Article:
ZSI/SRC F8547, 5 exs. 27.0–36.0 mm SL, coll. D. K. Gupta, 14.xi.1994; ZSI/SRC F8548, 2 exs. 46.0–48.0 mm SL Dibrugarh ox bow lake, coll. D.K. Gupta, 24.xi.1994; ZSI/SRC F8549, 1 ex. 37.0mm SL, Nimati Ghat, Majuli, Brahmaputra River, coll. D.K. Gupta, 22.xi.1994. Puntius pookodensis: Paratypes, ZSI/SRC F 7636, 21 exs. 26.0–42.0 mm SL, Pookode Lake, Kerala, coll. Eapen Jacob, Nov. 2004. Puntius manipurensis: ZSI/SRC F8550, 4 exs, 54.0–62.0 mm SL, Loktak Lake, Manipur, coll. W. Vishwanath, April 1995. Puntius punctatus: ZSI/SRC F 8272, 3 exs. 38.0–40.0 mm SL, Mangai Malai, Kulasekaram, Kanyakumari WLS, coll. Aengals, 21.xii.2008; ZSI/ SRC F8545, 2 exs. 40.0–42.0 mm SL, Pookode Lake, Kerala, coll. Anna Mercy; ZSI/SRC F4339, 13 exs. 29.0–37.0 mm SL, Mathalamparai, Tirunelveli District, coll. Ravichandran, 17.iii.1995. Puntius muvattupuzhaensis: ZSI/SRC F8465, 5 exs. 39.0–45.0 mm SL, Muvattupuzha River, Kerala, coll. Zeena, 8.ix.2010. Puntius setnai: ZSI/SRC F6127, 10 exs. 18.040.0 mm SL, Kukke Subramanya, Karnataka, coll. G. Thirumalai, 15.iv.1999; ZSI/SRC F8544, 3 exs. 36.0–41.0 mm SL, Stream in Agumbe, coll. P. K. Pramod, Jan. 2008; ZSI/SRC F6113, 1 ex. 39.0mm SL, Sowparnika River, coll. G. Thirumalai, 13.iv.1999. Puntius phutunio: PCJDMK 045, 20 exs. 14.0– 19.0 mm SL, Ponds in Udayrampur Village, P.S. Bishnupur, south 24 Parganas District, West Bengal, Coll. Andrew Rao, February 2011. Puntius shalynius: ZSI/SRC F 7150, 1 ex. 40mm SL, Ri-bhoi district, Meghalaya-Asssam border, coll. S.K.Das, 2002.

References Beevi, K.S.J. & A. Ramachandran (2005). A new species of Puntius (Cyprinidae, Cyprininae) from Kerala, India. Journal of the Bombay Natural History Society 102(1): 83–85. Day, F. (1865). On the fishes of Cochin, on the Malabar Coast of India. Proceedings of the General Meetings for Scientific Business of the Zoological Society of London 33(1): 286– 318. Day, F. (1871). Monograph of Indian Cyprinidae. Parts 1-3. Journal and Proceedings of the Asiatic Society of Bengal 40: 95–142, 277–367, 337–367.

J.D.M. Knight et al.

Day, F. (1878). The Fishes of India; Being a Natural History of the Fishes Known to Inhabit the Seas and Freshwaters of India, Burma and Ceylon. William Dawson & Sons Ltds., London, xx+778pp, 196pls. Hora, S.L. (1937). Notes on fishes in the Indian Museum. XXXI. On a small collection of fish from Sandoway, Lower Burma. Records of the Indian Museum 39(4): 323–331. Hora, S.L., K.S. Misra & G.M. Malik (1939). A study of variations on Barbus (Puntius) ticto (Ham.). Records of the Indian Museum 41(3): 263–279. Hamilton, F. (1822). An Account of the Fishes of River Ganges and its Branches. George Ramsay and Co., London, vii+405pp, 39pls. Jayaram, K.C. (1991). Revision of the genus Puntius (Hamilton) from the Indian Region (Pisces: Cypriniformes, Cyprinidae, Cyprininae). Records of the Zoological Survey of India, Occasional Paper 135: 1–178. Meegaskumbura, M., A. Silva, K. Maduwage & R. Pethiyagoda (2008). Puntius reval, a new barb from Sri Lanka (Teleostei: Cyprinidae). Ichthyological Explorations of Freshwaters 19(2):141–152. Menon, A.G.K., W. Vishwanath & K.R. Devi (2000). A new species of Puntius (Cyprinidae: Cyprininae) from Manipur, India. Journal of the Bombay Natural History Society 97(2): 263–268. Mercy, T.V.A. & E. Jacob (2007). A new species of Teleostei: Puntius pookodensis (Cyprinidae) from Wayanad, Kerala, India. Journal of the Bombay Natural History Society 104(1):76–78. Talwar, P.K. & A.G. Jhingran (1991). Inland Fishes of India and Adjacent Countries–Volume 1. Oxford & IBH Publishing Co. Pvt. Ltd., New Delhi, 541pp. Silas, E.G. (1952). Further studies regarding Hora’s Satpura hypothesis 2. Taxonomic assessment and levels of evolutionary divergences of fishes with the so-called Malayan affinities in peninsular India. Proceedings of the National Institute of Sciences of India 18(5): 423–448. Kullander, S.O. (2008). Five new species of Puntius from Myanmar (Teleostei: Cyprinidae). Ichthyological Explorations of Freshwaters 19(1):59–84. Kullander, S.O. & F. Fang (2005). Two new species of Puntius from northern Myanmar (Teleostei: Cyprinidae). Copeia(2): 290–302. Linthoingambi, I. & W. Vishwanath (2007). Two new fish species of the genus Puntius Hamilton (Cyprinidae) from Manipur, India, with notes on P. ticto (Hamilton) and P. stoliczkanus (Day). Zootaxa 1450: 45–56. Vishwanath, W. & J. Laisram (2004). Two new species of Puntius Hamilton-Buchanan (Cypriniformes: Cyprinidae) from Manipur, India, with an account of Puntius species from the state. Journal of the Bombay Natural History Society 101(1):130–137.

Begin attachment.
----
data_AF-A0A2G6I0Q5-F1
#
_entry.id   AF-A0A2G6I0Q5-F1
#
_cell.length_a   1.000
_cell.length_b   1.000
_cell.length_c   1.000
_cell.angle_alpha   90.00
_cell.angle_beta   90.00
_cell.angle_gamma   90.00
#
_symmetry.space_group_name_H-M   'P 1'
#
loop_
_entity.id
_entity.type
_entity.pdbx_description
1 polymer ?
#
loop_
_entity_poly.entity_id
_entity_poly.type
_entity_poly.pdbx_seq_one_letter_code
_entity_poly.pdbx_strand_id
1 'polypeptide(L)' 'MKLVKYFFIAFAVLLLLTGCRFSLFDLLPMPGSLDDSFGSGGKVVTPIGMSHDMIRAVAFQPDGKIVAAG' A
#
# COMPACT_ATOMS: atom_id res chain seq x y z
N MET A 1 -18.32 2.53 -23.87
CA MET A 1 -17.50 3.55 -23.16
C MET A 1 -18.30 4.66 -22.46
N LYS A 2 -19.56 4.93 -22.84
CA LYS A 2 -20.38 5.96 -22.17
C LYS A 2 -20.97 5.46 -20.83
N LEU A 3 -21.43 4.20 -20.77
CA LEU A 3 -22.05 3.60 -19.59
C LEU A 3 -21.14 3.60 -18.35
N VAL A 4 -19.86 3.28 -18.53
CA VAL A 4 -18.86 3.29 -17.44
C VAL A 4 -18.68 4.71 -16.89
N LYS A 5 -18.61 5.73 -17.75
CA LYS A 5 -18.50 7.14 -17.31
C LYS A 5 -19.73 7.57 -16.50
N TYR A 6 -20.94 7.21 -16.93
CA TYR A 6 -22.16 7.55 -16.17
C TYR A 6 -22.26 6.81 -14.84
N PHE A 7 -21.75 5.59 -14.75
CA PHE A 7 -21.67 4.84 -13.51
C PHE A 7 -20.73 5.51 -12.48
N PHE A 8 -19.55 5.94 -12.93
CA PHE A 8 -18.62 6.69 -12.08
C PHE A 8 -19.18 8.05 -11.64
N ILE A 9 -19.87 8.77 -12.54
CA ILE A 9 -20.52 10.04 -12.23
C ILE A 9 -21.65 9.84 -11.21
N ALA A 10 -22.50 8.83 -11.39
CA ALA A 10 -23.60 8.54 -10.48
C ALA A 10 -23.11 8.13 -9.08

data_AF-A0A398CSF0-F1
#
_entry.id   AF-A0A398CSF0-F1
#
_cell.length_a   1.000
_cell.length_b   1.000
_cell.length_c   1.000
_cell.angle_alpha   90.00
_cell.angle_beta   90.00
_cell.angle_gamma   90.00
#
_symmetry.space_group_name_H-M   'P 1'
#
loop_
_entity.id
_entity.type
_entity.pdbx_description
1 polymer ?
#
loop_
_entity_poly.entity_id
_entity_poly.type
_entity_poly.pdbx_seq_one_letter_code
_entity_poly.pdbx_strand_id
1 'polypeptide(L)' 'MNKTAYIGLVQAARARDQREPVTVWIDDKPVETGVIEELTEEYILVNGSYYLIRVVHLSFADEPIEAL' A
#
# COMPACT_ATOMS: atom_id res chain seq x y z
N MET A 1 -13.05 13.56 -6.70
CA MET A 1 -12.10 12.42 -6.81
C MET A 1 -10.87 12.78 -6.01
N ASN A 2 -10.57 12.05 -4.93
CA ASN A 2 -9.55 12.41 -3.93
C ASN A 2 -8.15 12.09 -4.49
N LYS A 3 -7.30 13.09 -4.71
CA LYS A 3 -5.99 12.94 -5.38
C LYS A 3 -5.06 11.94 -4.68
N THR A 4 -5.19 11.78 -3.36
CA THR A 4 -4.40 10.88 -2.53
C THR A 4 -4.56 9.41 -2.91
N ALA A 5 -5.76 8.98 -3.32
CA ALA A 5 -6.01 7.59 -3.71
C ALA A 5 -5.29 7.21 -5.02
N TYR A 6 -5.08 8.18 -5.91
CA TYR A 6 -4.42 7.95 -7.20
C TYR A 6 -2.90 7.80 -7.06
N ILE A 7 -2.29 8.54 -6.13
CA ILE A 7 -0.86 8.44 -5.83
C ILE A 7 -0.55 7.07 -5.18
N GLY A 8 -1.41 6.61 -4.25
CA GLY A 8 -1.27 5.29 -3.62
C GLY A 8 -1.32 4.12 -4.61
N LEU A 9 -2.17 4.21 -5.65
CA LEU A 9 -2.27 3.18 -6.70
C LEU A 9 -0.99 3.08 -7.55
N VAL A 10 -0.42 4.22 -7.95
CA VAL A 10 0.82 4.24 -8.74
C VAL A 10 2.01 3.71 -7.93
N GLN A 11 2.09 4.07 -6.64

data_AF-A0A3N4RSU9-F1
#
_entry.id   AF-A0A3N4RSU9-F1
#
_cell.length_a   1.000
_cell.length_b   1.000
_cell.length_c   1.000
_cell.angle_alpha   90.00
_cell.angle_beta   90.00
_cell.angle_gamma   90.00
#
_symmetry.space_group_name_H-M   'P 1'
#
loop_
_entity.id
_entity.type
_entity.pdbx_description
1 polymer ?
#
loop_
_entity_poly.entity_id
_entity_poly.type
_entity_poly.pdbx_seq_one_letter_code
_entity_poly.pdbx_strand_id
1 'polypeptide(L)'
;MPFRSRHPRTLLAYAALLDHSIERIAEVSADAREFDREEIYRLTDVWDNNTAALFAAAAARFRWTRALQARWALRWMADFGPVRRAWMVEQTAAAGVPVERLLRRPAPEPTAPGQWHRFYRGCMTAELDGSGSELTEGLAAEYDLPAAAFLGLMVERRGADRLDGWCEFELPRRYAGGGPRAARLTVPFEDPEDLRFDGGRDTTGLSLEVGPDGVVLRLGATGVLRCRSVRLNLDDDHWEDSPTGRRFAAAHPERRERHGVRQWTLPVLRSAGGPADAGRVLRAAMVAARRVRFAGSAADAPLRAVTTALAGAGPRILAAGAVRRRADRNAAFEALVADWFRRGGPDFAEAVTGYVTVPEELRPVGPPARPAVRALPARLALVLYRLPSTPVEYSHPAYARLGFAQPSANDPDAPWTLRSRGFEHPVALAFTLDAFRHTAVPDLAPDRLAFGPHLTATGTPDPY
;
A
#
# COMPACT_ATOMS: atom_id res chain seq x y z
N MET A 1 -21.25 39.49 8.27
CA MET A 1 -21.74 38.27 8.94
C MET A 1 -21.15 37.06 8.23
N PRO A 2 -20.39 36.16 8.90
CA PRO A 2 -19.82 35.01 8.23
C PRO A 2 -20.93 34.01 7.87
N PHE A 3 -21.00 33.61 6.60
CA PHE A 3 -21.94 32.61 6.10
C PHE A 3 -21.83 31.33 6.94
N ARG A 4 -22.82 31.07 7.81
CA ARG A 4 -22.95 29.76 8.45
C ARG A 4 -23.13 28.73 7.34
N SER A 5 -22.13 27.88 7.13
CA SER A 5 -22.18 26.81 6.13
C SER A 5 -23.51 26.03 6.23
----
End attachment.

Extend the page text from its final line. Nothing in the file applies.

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New Puntius nigripinnis from Western Ghats

J.D.M. Knight et al.

Key to the fishes similar to Puntius ticto with two spots on the body (humeral and peduncular) from India. 1. 2. 3. 4. 5. 6. 7. 8. 9.